Baby Boomer parents may have succumbed to a bout of cognitive dissonance. According to a new Charles Schwab survey, they overwhelmingly expect their young adult children to be at least as financially successful as they are, but don't see them becoming financially independent in the near future.
About 85 percent of all Boomer parents, with at least one child between the ages of 23 and 28, expect their kids to be at least as financially successful as they are. Yet, 41 percent of all Boomer parents subsidize their adult children in some fashion, and 35 percent don't expect their children to achieve financial autonomy before the age of 30.
"There's a disconnect between reality and parents' perceptions," Carrie Schwab-Pomerantz, Senior VP of Schwab Community Services, told HuffPost. "Kids are kids longer these days."
Unlike today's Millennials, 86 percent of all Boomer parents said they were entirely independent by the age of 25. And nearly 4 of every 10 Boomer parents admit their adult children are more dependent on them than they were on their own parents.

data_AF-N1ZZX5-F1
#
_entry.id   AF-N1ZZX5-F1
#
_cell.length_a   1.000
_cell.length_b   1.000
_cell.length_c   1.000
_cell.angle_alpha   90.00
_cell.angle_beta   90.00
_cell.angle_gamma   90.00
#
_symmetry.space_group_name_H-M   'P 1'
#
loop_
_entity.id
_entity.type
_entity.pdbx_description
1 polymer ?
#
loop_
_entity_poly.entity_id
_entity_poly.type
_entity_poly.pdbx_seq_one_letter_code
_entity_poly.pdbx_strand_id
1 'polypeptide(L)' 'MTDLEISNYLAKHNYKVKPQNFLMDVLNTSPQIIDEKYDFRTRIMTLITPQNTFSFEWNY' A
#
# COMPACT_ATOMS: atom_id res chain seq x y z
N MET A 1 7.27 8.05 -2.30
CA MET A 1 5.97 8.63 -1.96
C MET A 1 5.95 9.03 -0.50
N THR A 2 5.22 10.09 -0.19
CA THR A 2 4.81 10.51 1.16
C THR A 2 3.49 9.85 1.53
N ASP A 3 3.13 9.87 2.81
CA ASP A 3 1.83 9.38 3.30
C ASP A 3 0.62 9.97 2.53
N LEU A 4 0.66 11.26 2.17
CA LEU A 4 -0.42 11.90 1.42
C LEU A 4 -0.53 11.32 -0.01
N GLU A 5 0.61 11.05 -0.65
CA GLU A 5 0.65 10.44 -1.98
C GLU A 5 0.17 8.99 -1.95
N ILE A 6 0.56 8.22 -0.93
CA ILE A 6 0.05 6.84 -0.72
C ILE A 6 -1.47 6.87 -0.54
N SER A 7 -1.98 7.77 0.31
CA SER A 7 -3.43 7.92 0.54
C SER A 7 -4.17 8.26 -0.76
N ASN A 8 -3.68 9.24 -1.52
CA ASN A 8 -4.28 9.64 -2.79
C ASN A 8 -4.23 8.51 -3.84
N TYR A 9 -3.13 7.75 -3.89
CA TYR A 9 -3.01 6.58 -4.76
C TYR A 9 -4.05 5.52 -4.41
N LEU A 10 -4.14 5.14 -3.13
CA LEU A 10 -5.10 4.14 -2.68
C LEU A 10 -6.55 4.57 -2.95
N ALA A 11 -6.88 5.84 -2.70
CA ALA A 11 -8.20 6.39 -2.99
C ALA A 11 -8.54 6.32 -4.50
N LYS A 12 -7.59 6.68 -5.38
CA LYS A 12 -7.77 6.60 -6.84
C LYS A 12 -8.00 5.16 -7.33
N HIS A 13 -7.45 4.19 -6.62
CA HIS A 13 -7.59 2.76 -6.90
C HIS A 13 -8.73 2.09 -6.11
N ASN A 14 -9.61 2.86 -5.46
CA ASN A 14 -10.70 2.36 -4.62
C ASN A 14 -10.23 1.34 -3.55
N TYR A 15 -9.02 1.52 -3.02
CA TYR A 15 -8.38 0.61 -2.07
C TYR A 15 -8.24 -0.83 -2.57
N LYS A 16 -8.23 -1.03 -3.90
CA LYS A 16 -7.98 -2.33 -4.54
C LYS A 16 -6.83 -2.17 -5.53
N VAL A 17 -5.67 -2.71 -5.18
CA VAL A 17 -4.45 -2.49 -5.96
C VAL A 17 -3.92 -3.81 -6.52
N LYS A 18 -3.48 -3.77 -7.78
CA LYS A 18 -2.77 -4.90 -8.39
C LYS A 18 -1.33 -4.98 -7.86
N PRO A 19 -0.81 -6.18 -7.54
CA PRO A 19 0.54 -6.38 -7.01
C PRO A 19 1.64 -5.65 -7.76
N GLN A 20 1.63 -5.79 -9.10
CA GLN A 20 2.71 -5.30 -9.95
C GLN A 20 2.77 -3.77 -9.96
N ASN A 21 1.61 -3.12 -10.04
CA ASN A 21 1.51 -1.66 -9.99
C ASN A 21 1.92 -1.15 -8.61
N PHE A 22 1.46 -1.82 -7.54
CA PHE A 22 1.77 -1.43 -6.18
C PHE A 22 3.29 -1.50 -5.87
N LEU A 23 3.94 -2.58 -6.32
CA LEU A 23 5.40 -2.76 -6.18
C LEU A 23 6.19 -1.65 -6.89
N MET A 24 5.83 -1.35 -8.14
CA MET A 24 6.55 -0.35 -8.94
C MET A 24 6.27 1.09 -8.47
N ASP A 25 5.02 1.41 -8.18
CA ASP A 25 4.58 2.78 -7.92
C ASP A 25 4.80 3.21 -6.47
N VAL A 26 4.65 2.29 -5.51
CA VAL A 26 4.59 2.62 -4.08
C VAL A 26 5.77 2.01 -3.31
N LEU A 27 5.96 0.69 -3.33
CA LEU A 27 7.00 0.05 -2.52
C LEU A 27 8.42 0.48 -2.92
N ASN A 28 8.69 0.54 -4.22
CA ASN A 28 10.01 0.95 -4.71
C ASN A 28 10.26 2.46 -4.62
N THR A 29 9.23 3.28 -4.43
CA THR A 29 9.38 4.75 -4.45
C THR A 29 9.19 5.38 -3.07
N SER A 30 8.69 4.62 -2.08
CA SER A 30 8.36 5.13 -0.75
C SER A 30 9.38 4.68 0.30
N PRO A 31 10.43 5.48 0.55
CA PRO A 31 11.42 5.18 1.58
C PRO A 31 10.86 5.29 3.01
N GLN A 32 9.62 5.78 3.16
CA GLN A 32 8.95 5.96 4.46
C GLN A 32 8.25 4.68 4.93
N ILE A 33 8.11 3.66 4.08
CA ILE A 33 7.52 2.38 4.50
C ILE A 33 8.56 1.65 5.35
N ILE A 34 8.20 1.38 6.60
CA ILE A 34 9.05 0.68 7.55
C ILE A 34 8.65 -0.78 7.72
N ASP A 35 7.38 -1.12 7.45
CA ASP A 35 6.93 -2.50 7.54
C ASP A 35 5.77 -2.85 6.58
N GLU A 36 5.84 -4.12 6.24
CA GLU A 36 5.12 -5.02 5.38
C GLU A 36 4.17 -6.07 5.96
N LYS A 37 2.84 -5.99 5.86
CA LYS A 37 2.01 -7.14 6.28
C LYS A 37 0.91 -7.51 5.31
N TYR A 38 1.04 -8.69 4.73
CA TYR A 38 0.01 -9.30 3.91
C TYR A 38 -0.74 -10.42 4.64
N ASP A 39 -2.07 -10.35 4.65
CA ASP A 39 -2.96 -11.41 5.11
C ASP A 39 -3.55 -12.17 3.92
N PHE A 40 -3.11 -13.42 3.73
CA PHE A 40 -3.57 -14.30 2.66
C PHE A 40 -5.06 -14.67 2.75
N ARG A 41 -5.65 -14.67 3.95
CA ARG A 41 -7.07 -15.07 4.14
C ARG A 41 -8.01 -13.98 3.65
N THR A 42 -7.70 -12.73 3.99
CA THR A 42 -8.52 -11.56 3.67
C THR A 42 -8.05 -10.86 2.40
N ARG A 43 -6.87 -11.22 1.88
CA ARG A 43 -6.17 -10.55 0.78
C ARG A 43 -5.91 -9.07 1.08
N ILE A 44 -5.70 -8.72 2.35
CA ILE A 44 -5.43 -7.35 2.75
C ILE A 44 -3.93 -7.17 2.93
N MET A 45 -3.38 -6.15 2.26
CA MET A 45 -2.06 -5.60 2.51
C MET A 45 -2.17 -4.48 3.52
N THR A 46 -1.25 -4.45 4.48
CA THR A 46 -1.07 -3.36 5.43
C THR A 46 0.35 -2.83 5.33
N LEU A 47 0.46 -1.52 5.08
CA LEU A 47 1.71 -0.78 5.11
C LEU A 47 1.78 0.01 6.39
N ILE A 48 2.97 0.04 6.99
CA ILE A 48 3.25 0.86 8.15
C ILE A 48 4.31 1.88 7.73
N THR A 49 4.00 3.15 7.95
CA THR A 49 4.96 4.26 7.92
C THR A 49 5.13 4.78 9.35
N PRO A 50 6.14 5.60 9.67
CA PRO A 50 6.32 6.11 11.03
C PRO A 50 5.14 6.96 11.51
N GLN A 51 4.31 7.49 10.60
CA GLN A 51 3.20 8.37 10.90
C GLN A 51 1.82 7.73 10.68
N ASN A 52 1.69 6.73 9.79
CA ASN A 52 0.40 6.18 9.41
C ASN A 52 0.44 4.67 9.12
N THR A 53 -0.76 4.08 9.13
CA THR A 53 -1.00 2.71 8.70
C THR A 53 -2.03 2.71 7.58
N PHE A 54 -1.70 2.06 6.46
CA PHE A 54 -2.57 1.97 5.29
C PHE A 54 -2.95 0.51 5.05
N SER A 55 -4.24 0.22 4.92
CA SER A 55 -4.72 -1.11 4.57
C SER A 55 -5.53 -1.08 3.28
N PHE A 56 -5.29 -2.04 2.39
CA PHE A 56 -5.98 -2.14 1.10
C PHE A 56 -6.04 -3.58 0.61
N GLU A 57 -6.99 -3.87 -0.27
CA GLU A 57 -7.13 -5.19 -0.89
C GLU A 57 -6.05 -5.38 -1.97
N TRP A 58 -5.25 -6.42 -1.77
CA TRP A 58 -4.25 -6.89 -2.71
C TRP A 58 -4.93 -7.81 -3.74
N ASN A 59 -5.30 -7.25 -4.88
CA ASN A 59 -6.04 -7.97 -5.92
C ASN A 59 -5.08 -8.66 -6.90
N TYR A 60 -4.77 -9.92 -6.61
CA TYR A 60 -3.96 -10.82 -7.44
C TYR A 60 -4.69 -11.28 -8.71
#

College debt (32 percent) and unemployment (31 percent) were the most widely cited factors underlying the trend.
This prolonged period of financial gestation may take its toll on Boomer parents, 85 percent of whom are concerned about their financial security. 29 percent say they may never be able to retire and 22 percent fear they may outlive their retirement money.
Fortunately, only 6 percent of all Boomer parents support both an ageing parent and a young adult child, mitigating what's often called the "sandwich" phenomenon.
The Charles Schwab "2010 Families and Money Survey", released Wednesday, was conducted with 1,000 adults with at least one child between the ages of 23 and 28 and at least one living parent.